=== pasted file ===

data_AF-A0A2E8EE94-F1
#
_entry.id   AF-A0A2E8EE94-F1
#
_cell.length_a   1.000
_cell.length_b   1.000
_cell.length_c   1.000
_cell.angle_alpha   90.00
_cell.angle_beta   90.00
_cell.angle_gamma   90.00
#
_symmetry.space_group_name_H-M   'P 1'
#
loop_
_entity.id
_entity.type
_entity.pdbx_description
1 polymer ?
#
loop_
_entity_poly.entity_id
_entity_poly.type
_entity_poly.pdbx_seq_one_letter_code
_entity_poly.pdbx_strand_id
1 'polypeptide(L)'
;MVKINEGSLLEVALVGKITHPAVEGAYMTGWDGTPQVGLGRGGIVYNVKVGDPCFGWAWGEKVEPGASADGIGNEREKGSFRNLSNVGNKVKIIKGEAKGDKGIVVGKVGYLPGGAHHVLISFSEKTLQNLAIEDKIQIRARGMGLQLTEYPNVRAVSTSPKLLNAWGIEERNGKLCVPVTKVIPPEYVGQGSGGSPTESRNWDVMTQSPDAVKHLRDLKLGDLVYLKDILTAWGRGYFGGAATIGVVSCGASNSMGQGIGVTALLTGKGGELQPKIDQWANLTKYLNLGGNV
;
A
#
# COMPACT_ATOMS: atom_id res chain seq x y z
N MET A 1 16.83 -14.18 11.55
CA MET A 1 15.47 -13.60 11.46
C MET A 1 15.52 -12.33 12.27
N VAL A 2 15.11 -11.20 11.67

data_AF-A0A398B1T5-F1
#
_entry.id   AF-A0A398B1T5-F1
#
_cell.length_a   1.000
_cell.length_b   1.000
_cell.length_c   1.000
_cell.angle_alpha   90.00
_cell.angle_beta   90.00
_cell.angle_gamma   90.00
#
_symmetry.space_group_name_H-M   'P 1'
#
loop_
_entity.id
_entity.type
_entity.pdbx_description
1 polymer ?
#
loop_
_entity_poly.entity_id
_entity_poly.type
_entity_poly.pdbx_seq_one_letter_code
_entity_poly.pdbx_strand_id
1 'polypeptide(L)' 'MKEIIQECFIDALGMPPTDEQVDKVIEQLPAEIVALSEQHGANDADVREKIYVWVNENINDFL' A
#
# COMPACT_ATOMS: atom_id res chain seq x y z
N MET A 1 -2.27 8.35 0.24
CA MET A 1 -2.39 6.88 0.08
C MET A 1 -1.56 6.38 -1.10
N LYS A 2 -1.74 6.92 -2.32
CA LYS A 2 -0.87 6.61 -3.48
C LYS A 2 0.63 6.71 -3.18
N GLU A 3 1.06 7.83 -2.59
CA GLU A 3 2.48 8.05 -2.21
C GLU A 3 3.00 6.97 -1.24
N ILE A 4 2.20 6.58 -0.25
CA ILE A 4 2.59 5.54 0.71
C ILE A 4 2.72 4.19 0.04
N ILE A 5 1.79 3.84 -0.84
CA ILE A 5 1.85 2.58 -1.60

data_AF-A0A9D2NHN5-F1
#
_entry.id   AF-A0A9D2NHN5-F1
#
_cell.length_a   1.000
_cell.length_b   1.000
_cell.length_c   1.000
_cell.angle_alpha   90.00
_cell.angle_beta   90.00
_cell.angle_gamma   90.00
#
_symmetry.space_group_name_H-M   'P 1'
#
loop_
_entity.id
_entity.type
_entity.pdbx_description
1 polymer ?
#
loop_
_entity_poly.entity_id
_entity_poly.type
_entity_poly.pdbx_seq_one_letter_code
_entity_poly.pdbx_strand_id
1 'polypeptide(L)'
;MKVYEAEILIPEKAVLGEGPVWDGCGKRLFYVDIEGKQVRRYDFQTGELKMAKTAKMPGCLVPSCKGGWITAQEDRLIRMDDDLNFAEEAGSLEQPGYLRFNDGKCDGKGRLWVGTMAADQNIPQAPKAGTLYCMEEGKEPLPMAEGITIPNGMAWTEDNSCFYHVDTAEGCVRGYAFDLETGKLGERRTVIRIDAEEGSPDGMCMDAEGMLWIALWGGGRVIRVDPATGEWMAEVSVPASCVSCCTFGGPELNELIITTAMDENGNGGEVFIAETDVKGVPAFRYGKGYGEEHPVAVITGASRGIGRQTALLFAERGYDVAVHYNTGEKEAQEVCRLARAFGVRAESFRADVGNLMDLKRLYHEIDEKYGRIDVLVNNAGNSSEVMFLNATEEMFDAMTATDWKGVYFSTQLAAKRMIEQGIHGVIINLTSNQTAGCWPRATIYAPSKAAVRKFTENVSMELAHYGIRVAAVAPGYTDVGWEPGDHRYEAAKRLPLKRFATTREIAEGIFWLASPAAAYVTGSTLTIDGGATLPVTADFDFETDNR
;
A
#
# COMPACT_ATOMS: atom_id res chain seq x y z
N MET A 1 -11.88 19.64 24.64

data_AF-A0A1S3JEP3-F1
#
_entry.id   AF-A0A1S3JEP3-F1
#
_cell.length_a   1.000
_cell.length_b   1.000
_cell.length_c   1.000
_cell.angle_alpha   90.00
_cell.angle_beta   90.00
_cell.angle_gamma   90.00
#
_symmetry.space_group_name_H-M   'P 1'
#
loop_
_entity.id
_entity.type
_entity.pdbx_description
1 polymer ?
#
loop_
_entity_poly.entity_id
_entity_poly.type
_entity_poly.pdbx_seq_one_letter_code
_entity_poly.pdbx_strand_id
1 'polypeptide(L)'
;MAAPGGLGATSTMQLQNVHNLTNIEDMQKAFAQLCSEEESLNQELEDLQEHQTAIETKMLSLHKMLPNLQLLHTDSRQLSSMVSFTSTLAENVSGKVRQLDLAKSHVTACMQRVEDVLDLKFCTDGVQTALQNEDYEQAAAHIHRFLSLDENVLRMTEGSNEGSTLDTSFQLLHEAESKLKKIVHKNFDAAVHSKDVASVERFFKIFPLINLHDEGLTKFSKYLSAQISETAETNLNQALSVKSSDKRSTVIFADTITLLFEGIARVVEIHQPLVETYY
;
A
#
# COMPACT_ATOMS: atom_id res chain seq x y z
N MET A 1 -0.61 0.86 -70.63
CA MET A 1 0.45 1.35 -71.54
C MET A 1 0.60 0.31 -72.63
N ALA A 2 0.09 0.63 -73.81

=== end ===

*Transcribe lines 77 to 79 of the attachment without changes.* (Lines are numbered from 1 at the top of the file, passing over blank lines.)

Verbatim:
#
_entry.id   AF-A0A9D2NHN5-F1
#